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Is this baseball’s next sure thing?

Sports Illustrated put Harper on the cover when he was only 16

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Bryce Harper is expected to be the first player taken in the Major League Baseball draft — and is rated as perhaps the best 17-year-old player ever to be drafted.

Bryce Harper is expected to be the first player taken in the Major League Baseball draft — and is rated as perhaps the best 17-year-old player ever to be drafted.

Stuart Johnson, Deseret News

HENDERSON, Nev. — At age 4, Bryce Harper would swing a Bam-Bam plastic club straight from "The Flintstones." But it was too light. When he was 13 and already making professional scouts twitch, Harper practiced with a 20-pound rod of steel from his father's construction site. But it was too heavy.

Today, Harper whips his Marucci CU26 maple wand through the strike zone with hummingbird speed and Hummer power. It is just right — so right that this fairy-tale 17-year-old will probably be selected by the Washington Nationals with the first pick of baseball's June 7 amateur draft.

One year after taking the college phenom Stephen Strasburg — considered by most scouts to be the best pitching prospect since the Major League draft began in 1965 — the Nationals can now pick what many view to be the best teenage power-hitting prospect since perhaps Mickey Mantle. Better than Darryl Strawberry, the top selection in 1980. More advanced than Ken Griffey Jr., Alex Rodriguez and Joe Mauer, other first-pick prodigies to whom Harper best compares.

Baseball scouts can have the bowed perspective of an Escher print, but most insist they have seen no player this good this soon. As far as they are concerned, Harper is a tape-measure-testing, laser-throwing, eyeblack-oozing baseball cyborg.

"I don't like to put labels on kids like they're the best this or the best that, but with this kid I don't think we have much choice," said one veteran scout who watched Harper play Thursday for College of Southern Nevada, a junior college just outside his home of Las Vegas.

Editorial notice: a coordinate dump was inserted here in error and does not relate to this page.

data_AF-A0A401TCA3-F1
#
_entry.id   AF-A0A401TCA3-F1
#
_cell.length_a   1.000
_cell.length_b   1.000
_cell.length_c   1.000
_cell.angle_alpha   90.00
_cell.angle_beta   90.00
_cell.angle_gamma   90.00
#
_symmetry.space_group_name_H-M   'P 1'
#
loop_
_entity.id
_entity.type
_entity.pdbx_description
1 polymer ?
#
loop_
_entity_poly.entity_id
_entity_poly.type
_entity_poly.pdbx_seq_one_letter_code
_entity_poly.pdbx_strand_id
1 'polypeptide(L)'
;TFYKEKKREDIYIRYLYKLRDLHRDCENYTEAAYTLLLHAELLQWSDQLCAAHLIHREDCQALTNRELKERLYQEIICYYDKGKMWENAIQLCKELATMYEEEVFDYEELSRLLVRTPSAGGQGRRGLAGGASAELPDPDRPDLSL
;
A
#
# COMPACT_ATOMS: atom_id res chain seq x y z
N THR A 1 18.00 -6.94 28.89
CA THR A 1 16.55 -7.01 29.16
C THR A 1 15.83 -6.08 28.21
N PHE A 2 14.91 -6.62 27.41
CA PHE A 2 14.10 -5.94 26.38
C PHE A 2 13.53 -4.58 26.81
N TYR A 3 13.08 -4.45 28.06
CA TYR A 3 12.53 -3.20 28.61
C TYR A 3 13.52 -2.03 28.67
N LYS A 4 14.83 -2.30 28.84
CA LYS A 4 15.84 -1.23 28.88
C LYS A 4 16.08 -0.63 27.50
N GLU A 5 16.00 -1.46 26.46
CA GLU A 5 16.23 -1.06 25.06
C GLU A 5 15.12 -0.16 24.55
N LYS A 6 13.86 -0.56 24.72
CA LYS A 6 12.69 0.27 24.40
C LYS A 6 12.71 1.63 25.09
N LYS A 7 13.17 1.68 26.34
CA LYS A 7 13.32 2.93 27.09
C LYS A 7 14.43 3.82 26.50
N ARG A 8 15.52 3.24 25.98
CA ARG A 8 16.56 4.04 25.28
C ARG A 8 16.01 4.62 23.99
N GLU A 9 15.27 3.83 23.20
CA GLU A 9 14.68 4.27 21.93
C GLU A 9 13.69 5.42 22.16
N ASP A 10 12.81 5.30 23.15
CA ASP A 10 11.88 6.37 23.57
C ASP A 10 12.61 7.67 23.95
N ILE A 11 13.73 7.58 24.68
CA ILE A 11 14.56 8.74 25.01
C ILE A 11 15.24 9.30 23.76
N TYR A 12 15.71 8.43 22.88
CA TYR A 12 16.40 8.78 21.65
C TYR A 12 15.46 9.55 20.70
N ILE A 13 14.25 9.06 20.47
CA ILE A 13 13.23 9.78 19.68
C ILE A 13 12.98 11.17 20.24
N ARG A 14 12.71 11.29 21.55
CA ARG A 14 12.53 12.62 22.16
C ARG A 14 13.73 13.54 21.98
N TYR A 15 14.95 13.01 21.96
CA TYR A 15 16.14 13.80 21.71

Speaking on condition of anonymity because he was not authorized to discuss his evaluations, the scout added, "I honestly don't think we've seen anything like him in my 30 years doing this. He's that good."

A catcher and occasional outfielder whose 6-foot-3, 205-pound frame is still filling out, Harper already holds the draft record for hype: Sports Illustrated put him on its cover last year as a high school sophomore, and videos of his left-handed bombs are mushrooming across YouTube.

For a teenager, Harper has been tested in an unprecedented way. Many sluggers of his age have lost their power after trading their aluminum bat for wood. Former Yankees phenom Drew Henson is a good example. But Harper has assuaged those concerns through a maneuver never tried before.

After hitting .626 with 14 home runs last spring and winning Baseball America's high school player of the year award — no junior had ever been so honored, let alone a sophomore — Harper completed his general-equivalency diploma so he could be drafted a year early. He also enrolled at Southern Nevada so he could play in a wood-bat league.

All Harper has done this season is hit .420 with 23 home runs and 68 runs batted in over 57 games through Friday. (That day, he smacked four line-drive hits in four at-bats to lead the Coyotes to the regional tournament finals.) No 17-year-old in draft history has ever shown such power so convincingly.

Mike Rizzo, the Nationals' scouting-oriented general manager, said Harper was among three or four players the team was considering with the top pick. But most onlookers expect Harper to be the easy choice.